Aid for state, local governments a sticking point in federal COVID-19 relief
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Federal Reserve Chair Jerome Powell issued a dire warning Tuesday. He said too little coronavirus relief from the federal government could usher in a recessionary slowdown that he said would be “tragic.”
That’s a strong word from the head of an institution that watches its words like no other.
Hours later, President Trump tweeted that he was calling off stimulus talks with Congress until after the election.
It’s been months since any relief bills were passed, and state and local governments need help paying for things like unemployment benefits, education and public health.
“These are incredibly important services that are being provided to people and that are helping people through this really difficult time,” said Julia Wolfe, state economic analyst at the Economic Policy Institute.
The main sticking point during negotiations was over how much money to give. Republicans were inclined to offer $200 to $400 billion, while Democrats were asking for $900 billion.
“It is one of the more obvious examples of an attempt to inflate state budgets beyond any reasonable measure of actual need,” said Adam Michel, senior policy analyst at the Heritage Foundation.
Republicans point to hundreds of billions in COVID-19-related aid that’s already been passed and argue states should cut pensions, freeze pay and dip into rainy day funds.
Irma Esparza Diggs, director of federal advocacy for the National League of Cities, said many hard-hit cities are already laying off employees and cutting services.
“Some are seeing as high as up to a 50% decline in sources of revenues,” she said.
She estimates cities alone will need $360 billion over the next three years.
Timing is another issue, said Stan Veuger, a resident scholar in economic policy studies at the American Enterprise Institute.
According to Veuger, the question remains: “Should we provide funding to state and local governments for the coming fiscal year, or should we give them money for the year after that as well?”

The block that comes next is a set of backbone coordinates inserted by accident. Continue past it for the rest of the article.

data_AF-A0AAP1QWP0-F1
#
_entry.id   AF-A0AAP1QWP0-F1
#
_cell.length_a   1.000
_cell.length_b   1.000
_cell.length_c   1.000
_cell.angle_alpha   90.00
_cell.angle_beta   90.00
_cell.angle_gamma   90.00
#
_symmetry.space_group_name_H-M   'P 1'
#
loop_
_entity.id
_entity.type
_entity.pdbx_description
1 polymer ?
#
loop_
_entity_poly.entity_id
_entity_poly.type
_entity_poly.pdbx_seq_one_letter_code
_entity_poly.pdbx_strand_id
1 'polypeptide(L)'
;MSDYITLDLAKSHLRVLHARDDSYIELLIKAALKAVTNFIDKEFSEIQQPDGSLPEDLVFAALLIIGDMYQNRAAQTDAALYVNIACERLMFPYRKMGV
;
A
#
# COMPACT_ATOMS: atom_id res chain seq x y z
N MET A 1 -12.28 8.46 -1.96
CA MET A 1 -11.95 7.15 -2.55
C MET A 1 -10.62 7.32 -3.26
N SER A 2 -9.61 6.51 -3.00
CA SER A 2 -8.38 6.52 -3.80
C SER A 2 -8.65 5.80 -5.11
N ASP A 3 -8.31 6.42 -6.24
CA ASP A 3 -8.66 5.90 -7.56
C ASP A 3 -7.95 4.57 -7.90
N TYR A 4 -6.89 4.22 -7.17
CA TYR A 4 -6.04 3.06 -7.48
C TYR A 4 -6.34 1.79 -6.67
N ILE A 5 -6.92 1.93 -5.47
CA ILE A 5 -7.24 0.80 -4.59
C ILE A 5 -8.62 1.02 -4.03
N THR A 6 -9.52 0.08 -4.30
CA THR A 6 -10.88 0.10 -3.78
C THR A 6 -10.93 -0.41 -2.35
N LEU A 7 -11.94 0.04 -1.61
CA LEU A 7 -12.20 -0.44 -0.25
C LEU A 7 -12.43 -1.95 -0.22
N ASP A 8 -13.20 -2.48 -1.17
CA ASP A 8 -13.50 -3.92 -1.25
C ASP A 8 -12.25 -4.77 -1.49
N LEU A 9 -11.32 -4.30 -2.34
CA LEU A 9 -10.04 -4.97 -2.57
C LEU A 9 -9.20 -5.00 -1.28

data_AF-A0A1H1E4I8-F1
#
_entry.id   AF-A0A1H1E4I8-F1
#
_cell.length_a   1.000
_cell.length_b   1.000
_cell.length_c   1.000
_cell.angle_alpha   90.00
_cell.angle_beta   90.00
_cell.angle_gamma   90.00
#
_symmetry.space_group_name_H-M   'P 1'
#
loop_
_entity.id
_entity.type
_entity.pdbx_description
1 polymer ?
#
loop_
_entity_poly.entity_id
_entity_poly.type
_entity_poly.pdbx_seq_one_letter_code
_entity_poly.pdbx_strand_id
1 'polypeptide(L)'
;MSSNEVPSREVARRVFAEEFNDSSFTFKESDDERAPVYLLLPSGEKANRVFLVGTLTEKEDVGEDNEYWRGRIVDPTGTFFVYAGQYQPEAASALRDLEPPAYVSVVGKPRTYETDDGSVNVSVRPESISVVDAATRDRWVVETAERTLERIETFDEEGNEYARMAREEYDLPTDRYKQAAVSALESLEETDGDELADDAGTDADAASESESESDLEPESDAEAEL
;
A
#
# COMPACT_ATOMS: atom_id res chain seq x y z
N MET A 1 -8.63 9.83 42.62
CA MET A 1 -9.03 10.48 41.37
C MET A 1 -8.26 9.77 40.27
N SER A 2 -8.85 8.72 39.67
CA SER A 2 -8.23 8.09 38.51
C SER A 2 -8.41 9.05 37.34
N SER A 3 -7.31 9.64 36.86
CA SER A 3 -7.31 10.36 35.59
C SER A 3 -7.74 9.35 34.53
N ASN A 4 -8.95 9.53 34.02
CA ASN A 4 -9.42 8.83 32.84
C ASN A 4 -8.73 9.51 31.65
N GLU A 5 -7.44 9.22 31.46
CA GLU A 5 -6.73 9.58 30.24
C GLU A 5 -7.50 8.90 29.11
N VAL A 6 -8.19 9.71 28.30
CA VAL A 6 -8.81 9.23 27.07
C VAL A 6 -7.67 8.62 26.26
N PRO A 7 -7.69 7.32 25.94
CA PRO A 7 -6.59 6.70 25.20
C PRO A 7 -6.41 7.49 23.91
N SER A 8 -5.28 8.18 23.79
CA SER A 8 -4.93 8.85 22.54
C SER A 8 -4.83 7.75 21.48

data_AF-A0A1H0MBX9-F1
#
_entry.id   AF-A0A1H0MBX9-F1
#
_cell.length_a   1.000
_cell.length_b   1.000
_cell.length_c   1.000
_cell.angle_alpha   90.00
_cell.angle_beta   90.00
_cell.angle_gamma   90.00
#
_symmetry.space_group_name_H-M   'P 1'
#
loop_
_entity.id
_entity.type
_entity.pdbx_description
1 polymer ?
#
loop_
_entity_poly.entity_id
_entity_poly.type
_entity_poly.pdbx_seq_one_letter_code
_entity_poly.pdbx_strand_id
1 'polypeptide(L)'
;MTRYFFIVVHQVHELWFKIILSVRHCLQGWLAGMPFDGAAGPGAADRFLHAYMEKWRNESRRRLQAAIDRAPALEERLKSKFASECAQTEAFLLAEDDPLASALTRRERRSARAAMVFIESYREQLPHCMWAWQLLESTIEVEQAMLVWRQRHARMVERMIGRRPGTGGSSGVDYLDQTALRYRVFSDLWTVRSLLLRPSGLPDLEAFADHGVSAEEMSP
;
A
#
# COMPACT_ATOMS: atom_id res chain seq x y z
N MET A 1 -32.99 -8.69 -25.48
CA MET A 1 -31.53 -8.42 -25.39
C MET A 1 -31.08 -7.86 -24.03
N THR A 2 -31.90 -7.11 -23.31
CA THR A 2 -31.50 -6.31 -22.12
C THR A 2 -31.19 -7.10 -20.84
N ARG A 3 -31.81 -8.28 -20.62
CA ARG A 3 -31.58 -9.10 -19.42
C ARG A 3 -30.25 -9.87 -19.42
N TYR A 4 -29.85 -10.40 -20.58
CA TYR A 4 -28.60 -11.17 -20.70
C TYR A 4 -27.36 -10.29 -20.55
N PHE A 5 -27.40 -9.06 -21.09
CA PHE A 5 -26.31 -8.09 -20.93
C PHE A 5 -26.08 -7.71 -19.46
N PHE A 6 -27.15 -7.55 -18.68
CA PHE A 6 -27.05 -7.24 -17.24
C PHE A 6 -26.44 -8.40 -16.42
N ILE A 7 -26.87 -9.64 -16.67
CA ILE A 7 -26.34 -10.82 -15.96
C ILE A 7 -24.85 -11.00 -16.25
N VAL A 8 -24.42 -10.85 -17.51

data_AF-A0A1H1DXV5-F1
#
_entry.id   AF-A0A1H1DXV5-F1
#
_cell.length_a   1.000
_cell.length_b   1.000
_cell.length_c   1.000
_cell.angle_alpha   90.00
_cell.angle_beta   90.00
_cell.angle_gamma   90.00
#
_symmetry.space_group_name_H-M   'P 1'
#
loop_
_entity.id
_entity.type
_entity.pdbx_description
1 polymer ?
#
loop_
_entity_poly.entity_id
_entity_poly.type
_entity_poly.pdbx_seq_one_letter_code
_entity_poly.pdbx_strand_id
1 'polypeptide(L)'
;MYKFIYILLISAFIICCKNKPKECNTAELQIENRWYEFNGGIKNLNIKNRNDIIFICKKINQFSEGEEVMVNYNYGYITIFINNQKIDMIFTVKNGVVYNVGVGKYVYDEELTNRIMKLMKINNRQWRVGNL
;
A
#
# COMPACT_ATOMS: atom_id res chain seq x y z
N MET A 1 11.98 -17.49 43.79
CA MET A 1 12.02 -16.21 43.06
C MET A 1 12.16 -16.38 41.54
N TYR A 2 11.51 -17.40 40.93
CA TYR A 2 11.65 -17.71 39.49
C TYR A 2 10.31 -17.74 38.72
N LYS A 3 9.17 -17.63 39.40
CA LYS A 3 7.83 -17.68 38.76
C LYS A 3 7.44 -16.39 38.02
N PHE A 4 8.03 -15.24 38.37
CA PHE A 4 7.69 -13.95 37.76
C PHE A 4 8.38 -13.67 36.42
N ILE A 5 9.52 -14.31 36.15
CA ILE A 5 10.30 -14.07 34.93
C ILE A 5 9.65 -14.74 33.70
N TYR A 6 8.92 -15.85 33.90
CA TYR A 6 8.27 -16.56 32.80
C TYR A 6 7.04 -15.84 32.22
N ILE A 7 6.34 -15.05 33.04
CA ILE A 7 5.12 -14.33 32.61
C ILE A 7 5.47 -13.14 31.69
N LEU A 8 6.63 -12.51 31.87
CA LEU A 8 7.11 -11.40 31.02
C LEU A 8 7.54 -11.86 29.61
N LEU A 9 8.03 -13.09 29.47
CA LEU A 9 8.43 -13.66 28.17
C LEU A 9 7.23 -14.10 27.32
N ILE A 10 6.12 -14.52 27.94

COVID-19 Economy FAQs
New COVID-19 cases and deaths in the U.S. are on the rise. How are Americans reacting?
Johns Hopkins University reports the seven-day average of new cases hit 68,767 on Sunday — a record — eclipsing the previous record hit in late July during the second, summer wave of infection. A funny thing is happening with consumers though: Even as COVID-19 cases rise, Americans don’t appear to be shying away from stepping indoors to shop or eat or exercise. Morning Consult asked consumers how comfortable they feel going out to eat, to the shopping mall or on a vacation. And their willingness has been rising. Surveys find consumers’ attitudes vary by age and income, and by political affiliation, said Chris Jackson, who heads up polling at Ipsos.
How many people are flying? Has traveled picked up?
Flying is starting to recover to levels the airline industry hasn’t seen in months. The Transportation Security Administration announced on Oct. 19 that it’s screened more than 1 million passengers on a single day — its highest number since March 17. The TSA also screened more than 6 million passengers last week, its highest weekly volume since the start of the COVID-19 pandemic. While travel is improving, the TSA announcement comes amid warnings that the U.S. is in the third wave of the coronavirus. There are now more than 8 million cases in the country, with more than 219,000 deaths.
How are Americans feeling about their finances?
Nearly half of all Americans would have trouble paying for an unexpected $250 bill and a third of Americans have less income than before the pandemic, according to the latest results of our Marketplace-Edison Poll. Also, 6 in 10 Americans think that race has at least some impact on an individual’s long-term financial situation, but Black respondents are much more likely to think that race has a big impact on a person’s long-term financial situation than white or Hispanic/Latinx respondents.
Find the rest of the poll results here, which cover how Americans have been faring financially about six months into the pandemic, race and equity within the workplace and some of the key issues Trump and Biden supporters are concerned about.
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